Singing has been a passion of mine, ever since
I launched my unofficial career as a preschooler, belting out “Let the Sunshine In” during church. I remember
my first solo as a first grader: playing a little lamb for our school’s Christmas concert; being alone on stage underneath
the spotlight; feeling like a dork wearing white long johns with glued-on cotton balls, but feeling like a star, nonetheless.
As a high school freshman, I qualified for State
Vocals but got sick the week before (most likely a case of nerves). I vowed I would qualify all 4 years for State, but the
next year I had a memory lapse: I repeated a verse by mistake and even though no one except the judge knew of my mistake,
she gave me a II rating. I was disappointed in my performance, while struggling to define my talent despite this negative
feedback. What I learned was that one rating didn’t make me a bad singer. Similarly, I also learned that making mistakes,
whether with performances, relationships or at work, also didn’t make me a bad person or employee. What is important
is to learn from the mistake, keep trying and move forward.
My junior year, I aced State with a I rating and didn’t even compete my senior
year. I didn’t need a judge telling me I was good – discovering my own self-worth was far more rewarding than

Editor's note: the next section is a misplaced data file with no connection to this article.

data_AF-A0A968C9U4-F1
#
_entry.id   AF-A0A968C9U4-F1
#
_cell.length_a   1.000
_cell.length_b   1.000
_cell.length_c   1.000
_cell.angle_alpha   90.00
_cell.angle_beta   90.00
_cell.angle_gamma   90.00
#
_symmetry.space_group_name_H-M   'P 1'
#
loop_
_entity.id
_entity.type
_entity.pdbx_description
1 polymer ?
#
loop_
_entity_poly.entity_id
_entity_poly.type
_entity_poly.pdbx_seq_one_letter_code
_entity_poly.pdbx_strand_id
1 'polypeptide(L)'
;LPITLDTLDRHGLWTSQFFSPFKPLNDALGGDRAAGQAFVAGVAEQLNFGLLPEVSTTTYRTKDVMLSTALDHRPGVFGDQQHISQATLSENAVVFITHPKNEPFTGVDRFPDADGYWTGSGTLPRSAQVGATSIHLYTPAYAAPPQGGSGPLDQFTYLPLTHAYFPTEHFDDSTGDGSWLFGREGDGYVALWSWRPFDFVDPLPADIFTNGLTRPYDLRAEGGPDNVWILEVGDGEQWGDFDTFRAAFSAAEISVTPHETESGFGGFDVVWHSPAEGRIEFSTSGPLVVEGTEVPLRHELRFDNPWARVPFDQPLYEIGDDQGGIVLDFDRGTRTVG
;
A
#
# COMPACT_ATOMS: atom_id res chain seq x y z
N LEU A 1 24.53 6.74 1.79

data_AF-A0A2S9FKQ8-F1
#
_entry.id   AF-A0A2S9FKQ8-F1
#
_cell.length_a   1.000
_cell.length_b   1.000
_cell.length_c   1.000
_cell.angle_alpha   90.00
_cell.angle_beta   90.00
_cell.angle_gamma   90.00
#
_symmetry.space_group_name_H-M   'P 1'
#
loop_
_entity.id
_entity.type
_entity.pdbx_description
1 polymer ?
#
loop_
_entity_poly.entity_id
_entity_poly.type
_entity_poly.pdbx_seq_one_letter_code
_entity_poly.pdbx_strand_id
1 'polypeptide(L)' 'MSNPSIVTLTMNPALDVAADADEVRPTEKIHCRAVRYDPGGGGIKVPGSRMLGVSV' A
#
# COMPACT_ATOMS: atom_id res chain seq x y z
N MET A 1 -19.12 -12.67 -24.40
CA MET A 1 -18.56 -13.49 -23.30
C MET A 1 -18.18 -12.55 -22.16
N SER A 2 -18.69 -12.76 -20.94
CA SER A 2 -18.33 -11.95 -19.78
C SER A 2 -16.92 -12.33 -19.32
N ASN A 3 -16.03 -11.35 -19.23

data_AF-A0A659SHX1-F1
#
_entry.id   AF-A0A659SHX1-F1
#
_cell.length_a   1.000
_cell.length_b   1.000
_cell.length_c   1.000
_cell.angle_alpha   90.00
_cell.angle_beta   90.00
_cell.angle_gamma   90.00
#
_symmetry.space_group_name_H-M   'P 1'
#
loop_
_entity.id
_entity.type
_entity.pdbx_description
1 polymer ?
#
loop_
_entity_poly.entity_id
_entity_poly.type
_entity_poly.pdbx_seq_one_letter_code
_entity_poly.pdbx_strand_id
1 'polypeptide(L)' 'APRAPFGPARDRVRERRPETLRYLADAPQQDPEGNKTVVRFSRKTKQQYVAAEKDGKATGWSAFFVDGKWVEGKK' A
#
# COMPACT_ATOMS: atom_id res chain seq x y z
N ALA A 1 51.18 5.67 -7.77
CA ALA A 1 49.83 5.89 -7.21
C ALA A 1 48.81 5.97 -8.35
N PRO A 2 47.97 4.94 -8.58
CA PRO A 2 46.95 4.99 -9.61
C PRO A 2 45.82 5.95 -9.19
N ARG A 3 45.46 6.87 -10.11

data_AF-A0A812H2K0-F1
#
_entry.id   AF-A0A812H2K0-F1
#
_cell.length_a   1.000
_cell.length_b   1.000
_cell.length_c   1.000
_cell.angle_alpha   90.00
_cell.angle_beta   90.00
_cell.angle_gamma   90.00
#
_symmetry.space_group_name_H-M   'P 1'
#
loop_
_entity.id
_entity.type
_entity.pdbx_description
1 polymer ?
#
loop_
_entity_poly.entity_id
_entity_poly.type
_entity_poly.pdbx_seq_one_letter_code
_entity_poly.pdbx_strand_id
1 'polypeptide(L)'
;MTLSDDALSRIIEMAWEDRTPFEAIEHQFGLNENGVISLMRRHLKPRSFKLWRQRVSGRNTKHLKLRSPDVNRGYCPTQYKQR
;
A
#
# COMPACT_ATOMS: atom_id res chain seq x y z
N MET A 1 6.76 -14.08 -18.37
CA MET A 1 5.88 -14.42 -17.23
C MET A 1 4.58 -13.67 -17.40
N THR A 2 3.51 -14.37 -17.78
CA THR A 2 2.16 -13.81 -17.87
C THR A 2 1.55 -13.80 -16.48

anyone else’s ranking.
I’ve been challenged – no, not
to a duel, but by a dual.
Steve Riat, (Steve’s Marketing Blog) questioned whether I could become a more effective connector professionally; and Scott Ginsberg
(Scott’s Blog) requested personal theories for increasing the probability of success for a future writing
project. Intrigued, I explored the relationship between these two thoughts and began molding my experiences into a useful
blog for others. Thus, I present to you a new philosophy I dub “Connectorable.”
Before I delve any further, I must provide a brief history. I love
sharing how I received a B.A. in B.S. No joke! I truly I LOVE to meet people and get to know them better. This passion led
me to major in Communication for both a bachelor and master’s degree. From my days selling newspaper advertising to